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UK Culture Secretary Karen Bradley will on Thursday tell parliament her view on the plan by Rupert Murdoch’s 21st Century Fox $14.8 billion bid to acquire Britain’s Sky pay-TV business and its European subsidiaries. Bradley received regulator Ofcom’s views on the deal last week and will report to parliament on June 29. She will say whether she is “minded” to approve – or deny – the deal.
The market is uncertain as to which way the decision will go. While the European Commission’s regulators have already approved the take-over, the fact is that Bradley might decide to submit the whole process to a more detailed examination by the Competition and Markets Authority, which will take more time.
Not helping matters are the problems at Fox News in the USA, where several women have alleged sexual or racial harassment. One of the women directly involved has spoken to Ofcom, for example. This places Rupert Murdoch and his sons in the firing line as to whether they are “fit and proper” to run a UK broadcaster.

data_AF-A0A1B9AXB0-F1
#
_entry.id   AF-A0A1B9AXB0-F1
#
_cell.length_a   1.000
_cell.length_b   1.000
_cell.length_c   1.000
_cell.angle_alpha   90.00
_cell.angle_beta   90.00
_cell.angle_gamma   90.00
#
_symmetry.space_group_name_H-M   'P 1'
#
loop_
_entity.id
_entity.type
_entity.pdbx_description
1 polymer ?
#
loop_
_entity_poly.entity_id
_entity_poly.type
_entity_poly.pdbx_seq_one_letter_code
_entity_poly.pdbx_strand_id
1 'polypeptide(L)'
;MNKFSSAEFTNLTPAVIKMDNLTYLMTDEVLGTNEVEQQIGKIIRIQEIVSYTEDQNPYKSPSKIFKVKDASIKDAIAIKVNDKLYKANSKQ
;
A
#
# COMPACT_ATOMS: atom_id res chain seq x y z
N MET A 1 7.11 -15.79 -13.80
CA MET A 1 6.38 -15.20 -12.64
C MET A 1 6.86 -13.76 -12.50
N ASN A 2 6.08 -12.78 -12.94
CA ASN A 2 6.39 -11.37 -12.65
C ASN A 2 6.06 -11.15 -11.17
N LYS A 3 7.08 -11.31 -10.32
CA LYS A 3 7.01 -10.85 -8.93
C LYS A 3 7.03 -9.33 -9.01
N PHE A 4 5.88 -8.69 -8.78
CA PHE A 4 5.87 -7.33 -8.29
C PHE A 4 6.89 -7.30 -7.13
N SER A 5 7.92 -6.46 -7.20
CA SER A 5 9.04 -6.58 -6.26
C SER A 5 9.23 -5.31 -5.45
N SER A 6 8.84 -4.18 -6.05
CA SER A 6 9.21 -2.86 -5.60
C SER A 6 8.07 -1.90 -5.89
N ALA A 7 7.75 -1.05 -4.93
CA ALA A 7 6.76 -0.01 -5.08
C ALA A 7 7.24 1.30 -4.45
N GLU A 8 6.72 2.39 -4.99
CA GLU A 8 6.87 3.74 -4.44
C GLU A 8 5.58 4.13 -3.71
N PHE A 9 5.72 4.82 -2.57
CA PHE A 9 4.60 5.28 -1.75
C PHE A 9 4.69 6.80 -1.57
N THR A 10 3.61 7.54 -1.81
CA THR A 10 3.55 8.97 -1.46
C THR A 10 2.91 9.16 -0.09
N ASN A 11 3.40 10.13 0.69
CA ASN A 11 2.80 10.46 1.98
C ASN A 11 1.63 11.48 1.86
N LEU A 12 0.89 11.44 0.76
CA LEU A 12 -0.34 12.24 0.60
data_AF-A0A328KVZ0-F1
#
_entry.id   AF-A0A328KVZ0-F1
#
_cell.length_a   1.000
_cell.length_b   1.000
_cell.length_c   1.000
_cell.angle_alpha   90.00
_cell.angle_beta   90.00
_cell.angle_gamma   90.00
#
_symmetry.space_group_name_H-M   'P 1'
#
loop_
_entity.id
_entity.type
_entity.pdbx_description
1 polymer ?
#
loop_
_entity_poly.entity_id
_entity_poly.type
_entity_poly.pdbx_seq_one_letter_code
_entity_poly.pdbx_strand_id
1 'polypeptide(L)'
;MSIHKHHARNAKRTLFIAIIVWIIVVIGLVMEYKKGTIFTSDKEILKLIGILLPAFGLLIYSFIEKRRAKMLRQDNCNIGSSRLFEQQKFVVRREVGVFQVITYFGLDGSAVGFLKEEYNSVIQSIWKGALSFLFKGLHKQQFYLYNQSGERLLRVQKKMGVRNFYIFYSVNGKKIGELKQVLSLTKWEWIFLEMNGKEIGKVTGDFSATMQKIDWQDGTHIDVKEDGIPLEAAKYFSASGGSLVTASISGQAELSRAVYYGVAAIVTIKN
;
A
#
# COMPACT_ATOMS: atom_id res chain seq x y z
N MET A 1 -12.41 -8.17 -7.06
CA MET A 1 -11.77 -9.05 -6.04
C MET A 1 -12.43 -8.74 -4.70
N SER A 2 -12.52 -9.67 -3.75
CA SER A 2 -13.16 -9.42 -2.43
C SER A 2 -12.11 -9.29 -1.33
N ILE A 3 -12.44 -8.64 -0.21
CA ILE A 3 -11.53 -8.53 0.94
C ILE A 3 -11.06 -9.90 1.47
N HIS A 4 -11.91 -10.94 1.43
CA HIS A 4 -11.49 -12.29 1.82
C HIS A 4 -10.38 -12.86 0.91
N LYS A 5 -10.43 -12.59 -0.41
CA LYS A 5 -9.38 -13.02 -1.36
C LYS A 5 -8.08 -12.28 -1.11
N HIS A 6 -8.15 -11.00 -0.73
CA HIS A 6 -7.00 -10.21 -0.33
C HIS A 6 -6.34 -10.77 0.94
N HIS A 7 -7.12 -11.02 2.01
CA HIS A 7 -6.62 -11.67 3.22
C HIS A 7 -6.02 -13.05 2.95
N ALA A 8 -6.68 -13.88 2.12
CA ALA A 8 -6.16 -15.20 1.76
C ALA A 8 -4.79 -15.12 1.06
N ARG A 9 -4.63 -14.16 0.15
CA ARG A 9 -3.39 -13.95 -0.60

Bradley’s decision will be made at the same time as Ofcom’s report is published. She is not obliged, one way or another, to follow the Ofcom recommendations, whatever they are.
Also not helping is the precarious position of the UK’s Conservative-led government. A large majority at the recent General Election might have made it easier for the government to nod the scheme through. Prime Minister Theresa May’s precarious position – and the strong opposition from the Labour and Lib-Dem parties to the deal might make an approval a challenge.
One view, shared by some other observers, is that a formula will be reached where Sky News is guaranteed independence and thus ensure it stays impartial and reliable and does not follow the – highly lucrative although allegedly biased – road taken by Fox News in the USA.